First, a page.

The U.S. House has approved legislation introduced by Rep. Jim Banks, R-3rd, that would encourage the Department of Veterans Affairs to use design-build construction when appropriate.
Design-build construction integrates architectural, engineering and construction activities into a single contract rather than splitting the work among multiple contractors.
The Democratic-controlled House passed the VA Design-Build Construction Enhancement Act by unanimous consent Tuesday, advancing the legislation to the Senate for consideration.
During floor debate Tuesday, Banks said design-build construction has been used in the private and public sectors, including for the reconstruction of the Pentagon after terrorists crashed a hijacked jetliner into the building Sept. 11, 2001.
“VA has a multibillion-dollar backlog of construction projects but has never made much use of the design-build method, despite it being available for over 20 years,” Banks said, according to a transcript of his comments.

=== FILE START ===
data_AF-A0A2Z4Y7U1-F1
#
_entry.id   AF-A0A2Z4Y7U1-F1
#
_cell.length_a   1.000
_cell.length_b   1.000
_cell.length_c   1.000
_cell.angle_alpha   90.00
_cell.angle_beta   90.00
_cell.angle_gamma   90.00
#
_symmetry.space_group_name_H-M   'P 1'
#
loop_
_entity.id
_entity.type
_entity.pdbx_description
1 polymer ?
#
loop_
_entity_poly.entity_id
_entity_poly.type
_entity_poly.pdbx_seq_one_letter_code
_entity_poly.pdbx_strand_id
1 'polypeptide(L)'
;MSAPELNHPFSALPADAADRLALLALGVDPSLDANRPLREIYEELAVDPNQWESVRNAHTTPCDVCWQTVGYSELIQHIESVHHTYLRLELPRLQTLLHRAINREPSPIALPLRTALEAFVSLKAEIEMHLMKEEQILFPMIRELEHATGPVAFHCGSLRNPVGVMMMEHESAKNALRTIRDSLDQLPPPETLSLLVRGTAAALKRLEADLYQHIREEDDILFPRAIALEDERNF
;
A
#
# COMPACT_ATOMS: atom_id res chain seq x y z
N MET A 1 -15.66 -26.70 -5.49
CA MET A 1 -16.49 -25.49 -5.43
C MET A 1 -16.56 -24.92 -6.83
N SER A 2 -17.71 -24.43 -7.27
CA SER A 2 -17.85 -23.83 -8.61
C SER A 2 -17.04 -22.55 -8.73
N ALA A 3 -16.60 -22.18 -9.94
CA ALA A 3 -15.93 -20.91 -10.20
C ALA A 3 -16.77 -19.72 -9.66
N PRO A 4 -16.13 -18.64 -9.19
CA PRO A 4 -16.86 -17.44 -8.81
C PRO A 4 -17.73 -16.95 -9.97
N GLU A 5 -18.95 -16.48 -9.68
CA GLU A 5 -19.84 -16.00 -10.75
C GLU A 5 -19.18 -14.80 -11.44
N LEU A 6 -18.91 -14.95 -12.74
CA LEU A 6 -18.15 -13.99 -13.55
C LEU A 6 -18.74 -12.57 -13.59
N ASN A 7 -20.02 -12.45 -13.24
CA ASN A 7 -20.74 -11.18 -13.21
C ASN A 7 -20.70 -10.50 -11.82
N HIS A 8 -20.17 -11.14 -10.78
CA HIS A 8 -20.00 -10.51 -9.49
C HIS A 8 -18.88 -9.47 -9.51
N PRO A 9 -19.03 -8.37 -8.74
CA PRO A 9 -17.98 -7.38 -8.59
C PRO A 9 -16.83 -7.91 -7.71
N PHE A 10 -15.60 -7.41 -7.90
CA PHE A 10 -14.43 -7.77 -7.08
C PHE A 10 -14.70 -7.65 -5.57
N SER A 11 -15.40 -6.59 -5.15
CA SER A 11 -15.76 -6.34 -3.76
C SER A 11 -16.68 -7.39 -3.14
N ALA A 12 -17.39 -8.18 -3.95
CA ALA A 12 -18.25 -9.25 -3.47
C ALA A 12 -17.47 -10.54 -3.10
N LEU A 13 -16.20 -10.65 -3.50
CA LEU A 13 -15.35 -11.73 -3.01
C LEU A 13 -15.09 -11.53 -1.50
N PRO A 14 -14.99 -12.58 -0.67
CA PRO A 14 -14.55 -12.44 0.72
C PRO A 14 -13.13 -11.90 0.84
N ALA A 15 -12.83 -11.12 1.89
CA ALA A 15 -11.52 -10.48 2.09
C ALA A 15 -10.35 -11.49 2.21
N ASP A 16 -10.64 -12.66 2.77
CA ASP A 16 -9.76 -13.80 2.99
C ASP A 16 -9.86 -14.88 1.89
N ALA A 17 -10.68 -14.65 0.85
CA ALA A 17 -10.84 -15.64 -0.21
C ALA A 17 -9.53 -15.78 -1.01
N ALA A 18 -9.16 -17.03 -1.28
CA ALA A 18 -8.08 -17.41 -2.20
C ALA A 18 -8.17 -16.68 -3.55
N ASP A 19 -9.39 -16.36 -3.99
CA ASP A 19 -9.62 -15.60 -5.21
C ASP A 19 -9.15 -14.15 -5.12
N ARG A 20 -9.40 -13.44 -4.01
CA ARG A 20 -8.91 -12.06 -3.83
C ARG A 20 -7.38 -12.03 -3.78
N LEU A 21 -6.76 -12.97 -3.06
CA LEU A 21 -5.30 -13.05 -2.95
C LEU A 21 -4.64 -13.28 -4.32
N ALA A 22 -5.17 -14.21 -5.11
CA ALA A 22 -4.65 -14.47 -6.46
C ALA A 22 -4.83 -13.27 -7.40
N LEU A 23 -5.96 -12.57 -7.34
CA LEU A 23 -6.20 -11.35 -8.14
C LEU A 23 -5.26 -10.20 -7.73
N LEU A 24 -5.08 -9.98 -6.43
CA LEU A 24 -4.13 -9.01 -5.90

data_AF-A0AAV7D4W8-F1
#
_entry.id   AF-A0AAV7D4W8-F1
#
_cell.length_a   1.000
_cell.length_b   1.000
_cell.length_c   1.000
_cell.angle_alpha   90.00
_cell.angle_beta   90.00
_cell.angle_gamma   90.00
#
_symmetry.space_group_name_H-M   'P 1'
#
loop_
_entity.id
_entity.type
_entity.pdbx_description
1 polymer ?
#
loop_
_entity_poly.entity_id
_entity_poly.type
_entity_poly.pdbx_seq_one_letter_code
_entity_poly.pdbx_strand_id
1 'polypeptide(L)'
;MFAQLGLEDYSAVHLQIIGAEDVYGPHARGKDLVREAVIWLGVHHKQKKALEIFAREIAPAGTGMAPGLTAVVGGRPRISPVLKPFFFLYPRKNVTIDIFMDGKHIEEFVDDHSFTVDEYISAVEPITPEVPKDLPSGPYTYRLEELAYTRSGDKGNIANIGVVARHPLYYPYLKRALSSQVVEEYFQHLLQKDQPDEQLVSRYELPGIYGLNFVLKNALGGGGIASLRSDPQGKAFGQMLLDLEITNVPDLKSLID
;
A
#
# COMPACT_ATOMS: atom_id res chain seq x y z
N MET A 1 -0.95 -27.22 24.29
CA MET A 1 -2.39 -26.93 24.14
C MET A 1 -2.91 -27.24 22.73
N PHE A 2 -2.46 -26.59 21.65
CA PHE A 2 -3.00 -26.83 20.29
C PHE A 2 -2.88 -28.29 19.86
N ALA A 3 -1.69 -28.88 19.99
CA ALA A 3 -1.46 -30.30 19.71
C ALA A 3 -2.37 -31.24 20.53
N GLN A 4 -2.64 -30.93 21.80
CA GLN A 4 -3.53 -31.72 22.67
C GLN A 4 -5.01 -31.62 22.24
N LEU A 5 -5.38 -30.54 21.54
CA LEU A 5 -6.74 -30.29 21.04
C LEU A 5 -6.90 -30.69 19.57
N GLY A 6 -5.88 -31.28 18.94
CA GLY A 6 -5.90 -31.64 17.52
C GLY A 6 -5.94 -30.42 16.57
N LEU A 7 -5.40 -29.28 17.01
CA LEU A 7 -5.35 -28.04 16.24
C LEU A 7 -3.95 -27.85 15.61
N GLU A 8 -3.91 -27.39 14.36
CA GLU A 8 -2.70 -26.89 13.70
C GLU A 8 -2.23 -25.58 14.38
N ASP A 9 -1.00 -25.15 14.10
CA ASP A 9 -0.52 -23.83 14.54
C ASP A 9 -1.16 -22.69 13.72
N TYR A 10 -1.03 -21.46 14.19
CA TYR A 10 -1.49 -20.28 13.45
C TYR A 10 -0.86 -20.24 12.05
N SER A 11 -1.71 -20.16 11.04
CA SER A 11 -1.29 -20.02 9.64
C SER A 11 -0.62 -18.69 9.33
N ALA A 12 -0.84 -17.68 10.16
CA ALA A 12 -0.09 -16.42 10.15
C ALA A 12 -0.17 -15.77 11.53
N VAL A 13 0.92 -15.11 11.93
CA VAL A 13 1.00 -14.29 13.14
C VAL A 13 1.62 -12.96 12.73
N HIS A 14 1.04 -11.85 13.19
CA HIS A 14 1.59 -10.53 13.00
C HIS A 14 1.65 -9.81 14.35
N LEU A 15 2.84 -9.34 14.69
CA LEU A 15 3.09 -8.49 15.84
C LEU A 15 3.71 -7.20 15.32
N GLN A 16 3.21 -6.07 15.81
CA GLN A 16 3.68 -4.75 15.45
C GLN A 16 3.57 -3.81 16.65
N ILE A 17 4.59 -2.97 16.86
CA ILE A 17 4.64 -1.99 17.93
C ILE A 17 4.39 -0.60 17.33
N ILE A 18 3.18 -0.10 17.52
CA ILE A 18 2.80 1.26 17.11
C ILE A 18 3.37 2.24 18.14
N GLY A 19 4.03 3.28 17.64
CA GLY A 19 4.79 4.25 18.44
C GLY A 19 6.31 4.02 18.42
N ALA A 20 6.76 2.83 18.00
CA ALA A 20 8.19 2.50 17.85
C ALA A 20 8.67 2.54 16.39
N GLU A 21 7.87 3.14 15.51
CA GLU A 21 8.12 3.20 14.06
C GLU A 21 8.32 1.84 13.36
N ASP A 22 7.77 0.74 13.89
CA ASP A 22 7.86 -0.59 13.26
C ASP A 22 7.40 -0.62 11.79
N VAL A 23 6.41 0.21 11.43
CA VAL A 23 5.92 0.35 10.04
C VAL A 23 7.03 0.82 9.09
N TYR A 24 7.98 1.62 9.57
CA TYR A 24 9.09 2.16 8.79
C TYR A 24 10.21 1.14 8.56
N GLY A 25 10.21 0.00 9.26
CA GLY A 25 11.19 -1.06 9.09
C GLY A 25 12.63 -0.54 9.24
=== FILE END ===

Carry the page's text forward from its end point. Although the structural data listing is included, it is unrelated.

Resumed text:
A 1996 law encouraged design-build contracts for the federal government.
“When used correctly, design-build can speed up construction and minimize costly change orders. That is exactly what we need in the VA, and I am committed to making sure that that happens,” said Banks, a member of the House Veterans' Affairs Committee.
Rep. Mark Takano, D-Calif., chairman of the Veterans' Affairs Committee, said during debate that “both veterans and taxpayers are suffering from the cumbersome VA construction process. I am confident this piece of legislation will help deliver state-of-the-art facilities to our veterans in a more effective and expeditious manner.”
Banks' legislation was co-sponsored by Democratic Rep. Ed Perlmutter of Colorado.